Thanks for the info on the LEB, I will try using it now I know what it is about. I would like to know what updates are being loaded to my computer automatically? Is there anywhere that tells me this because sometimes I notice that there are large downloads happening and I haven’t a clue what they are.
    thanks for your help
    Rev Tony Keating

  2. Blair Laird March 25, 2010 at 7:00 am #

    Yea, we finally have it in the old and new testament.

  3. Richard March 25, 2010 at 7:25 am #

    Who (besides W. Hall Harris) was involved with the translation?

  4. Wilson Hines March 25, 2010 at 7:36 am #

    The future of Bible translation is now. This is a fantastic tool!

  5. Kent Hendricks March 25, 2010 at 8:44 am #

    Blair,
    The complete New Testament is available now, but work on the Old Testament is underway and the LEB will be updated as books become available.

  6. Kent Hendricks March 25, 2010 at 8:46 am #

    Hi Tony,
    We often post details about the large updates in the forums.

  7. Cris Putnam March 25, 2010 at 9:43 am #

    Are we supposed to be able to access a screen like the example above with “simple context free gloss” “contextually sensitive gloss” and “Literal” in logos 4? Because I am not seeing that. It just appears like another translation with an interlinear.

  8. Paul Peabody March 25, 2010 at 10:49 am #

    In your advertisement for the LEB, you show the transparency of the translation for Matthew 6:9. How can I access that same transparent translation process for other texts? The interlinear tab in the Bible panel looks like all the other interlinears.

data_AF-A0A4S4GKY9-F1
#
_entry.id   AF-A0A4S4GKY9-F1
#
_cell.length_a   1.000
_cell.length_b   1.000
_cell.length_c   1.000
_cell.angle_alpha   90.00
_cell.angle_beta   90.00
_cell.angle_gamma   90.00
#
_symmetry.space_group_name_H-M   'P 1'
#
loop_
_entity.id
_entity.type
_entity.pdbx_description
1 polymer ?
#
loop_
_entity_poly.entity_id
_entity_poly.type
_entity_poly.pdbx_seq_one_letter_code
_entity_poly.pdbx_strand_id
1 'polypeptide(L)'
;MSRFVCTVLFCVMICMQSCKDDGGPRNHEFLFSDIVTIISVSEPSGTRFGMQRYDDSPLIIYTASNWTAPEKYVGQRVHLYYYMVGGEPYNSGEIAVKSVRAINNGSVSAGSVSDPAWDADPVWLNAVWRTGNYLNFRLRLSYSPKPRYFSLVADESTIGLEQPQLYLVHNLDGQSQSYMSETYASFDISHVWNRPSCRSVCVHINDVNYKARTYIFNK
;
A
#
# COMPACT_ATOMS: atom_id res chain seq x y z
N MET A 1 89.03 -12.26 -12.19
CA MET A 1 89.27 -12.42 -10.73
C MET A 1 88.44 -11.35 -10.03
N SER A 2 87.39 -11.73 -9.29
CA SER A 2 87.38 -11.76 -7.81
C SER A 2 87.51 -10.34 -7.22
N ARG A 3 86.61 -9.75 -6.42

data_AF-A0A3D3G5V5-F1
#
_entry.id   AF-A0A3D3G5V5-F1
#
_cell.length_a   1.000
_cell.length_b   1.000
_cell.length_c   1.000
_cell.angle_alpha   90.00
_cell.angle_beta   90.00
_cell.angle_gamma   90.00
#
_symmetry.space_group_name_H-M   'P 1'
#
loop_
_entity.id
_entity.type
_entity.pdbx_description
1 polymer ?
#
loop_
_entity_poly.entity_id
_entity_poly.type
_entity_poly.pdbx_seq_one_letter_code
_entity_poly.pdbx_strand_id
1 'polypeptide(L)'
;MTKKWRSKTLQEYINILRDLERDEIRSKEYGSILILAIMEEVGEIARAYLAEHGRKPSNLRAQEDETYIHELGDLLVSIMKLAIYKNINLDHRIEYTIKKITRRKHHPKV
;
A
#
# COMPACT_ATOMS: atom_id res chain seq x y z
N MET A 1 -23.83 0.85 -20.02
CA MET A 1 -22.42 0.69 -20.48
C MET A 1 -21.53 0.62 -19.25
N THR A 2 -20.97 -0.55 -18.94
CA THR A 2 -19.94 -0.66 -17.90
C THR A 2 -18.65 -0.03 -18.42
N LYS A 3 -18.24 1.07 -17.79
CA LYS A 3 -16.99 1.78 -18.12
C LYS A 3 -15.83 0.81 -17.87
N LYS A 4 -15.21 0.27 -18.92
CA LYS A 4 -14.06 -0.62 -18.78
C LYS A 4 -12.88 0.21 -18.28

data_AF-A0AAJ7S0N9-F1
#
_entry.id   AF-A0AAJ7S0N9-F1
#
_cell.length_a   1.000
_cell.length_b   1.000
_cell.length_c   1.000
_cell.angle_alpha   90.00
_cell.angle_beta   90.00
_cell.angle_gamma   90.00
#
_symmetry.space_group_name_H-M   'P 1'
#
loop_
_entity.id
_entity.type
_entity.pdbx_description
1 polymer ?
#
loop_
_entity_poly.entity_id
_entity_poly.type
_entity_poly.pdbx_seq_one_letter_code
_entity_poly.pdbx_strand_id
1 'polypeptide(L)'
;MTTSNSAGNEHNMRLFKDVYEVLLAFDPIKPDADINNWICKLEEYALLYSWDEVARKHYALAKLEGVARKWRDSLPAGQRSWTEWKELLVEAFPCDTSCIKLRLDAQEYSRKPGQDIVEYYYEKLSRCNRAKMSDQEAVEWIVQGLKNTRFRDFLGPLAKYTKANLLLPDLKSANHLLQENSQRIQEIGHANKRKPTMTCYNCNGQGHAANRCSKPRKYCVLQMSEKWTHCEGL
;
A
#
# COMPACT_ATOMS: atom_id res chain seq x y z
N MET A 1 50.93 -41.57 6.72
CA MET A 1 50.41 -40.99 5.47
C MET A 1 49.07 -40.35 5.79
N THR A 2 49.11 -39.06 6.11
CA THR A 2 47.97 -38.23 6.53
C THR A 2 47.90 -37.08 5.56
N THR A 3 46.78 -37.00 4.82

9. Alberto March 25, 2010 at 2:09 pm #

    I thought so, because the only Old Testament Lexam I’ve seen is the Septuagint interlinear and the Lexam OT Hebrew/English interlinear. But I’ll be looking forward to the Old Testament version of it in English only. It’d be nice to have those in Spanish too, since Logos owns the licenses, I’m sure it’d be easy to get it into Spanish.

  10. Dave Mackey March 25, 2010 at 8:03 pm #

    Kudos to Logos! =)

  11. gregg Farah March 26, 2010 at 7:01 am #

    any chance you can produce a video to show us the features?

  12. Howard Flynn March 27, 2010 at 4:40 pm #

    I have a problem here. I compared the Lex with the ESV, comparing the footnotes. I can not see any improvement in the Lex. The ad shows a color process from Greek to text, which I love. But where is it? I must not know how to use this version. Could someone help me?

  13. Kent Hendricks March 30, 2010 at 11:26 am #

    Paul,
    You’ll need the Lexham Greek-English Interlinear New Testament to see the translation process.

  14. Kent Hendricks March 30, 2010 at 11:31 am #

    Richard,
    Hall Harris edited the translation, but you can see the entire translation process using the Lexham Greek-English Interlinear New Testament.

  15. Kent Hendricks March 30, 2010 at 11:35 am #

    Cris,
    You can see the translation process, including the glosses, using the Lexham Greek-English Interlinear New Testament.

  16. Kent Hendricks March 30, 2010 at 11:37 am #

    Gregg,
    Great idea! I’ll pass the suggestion along.

  17. Kent Hendricks March 30, 2010 at 11:39 am #

    Howard,

    You’ll need the Lexham Greek-English Interlinear New Testament to see the translation process. It’s not in color in Logos, but the glosses (and more) are there.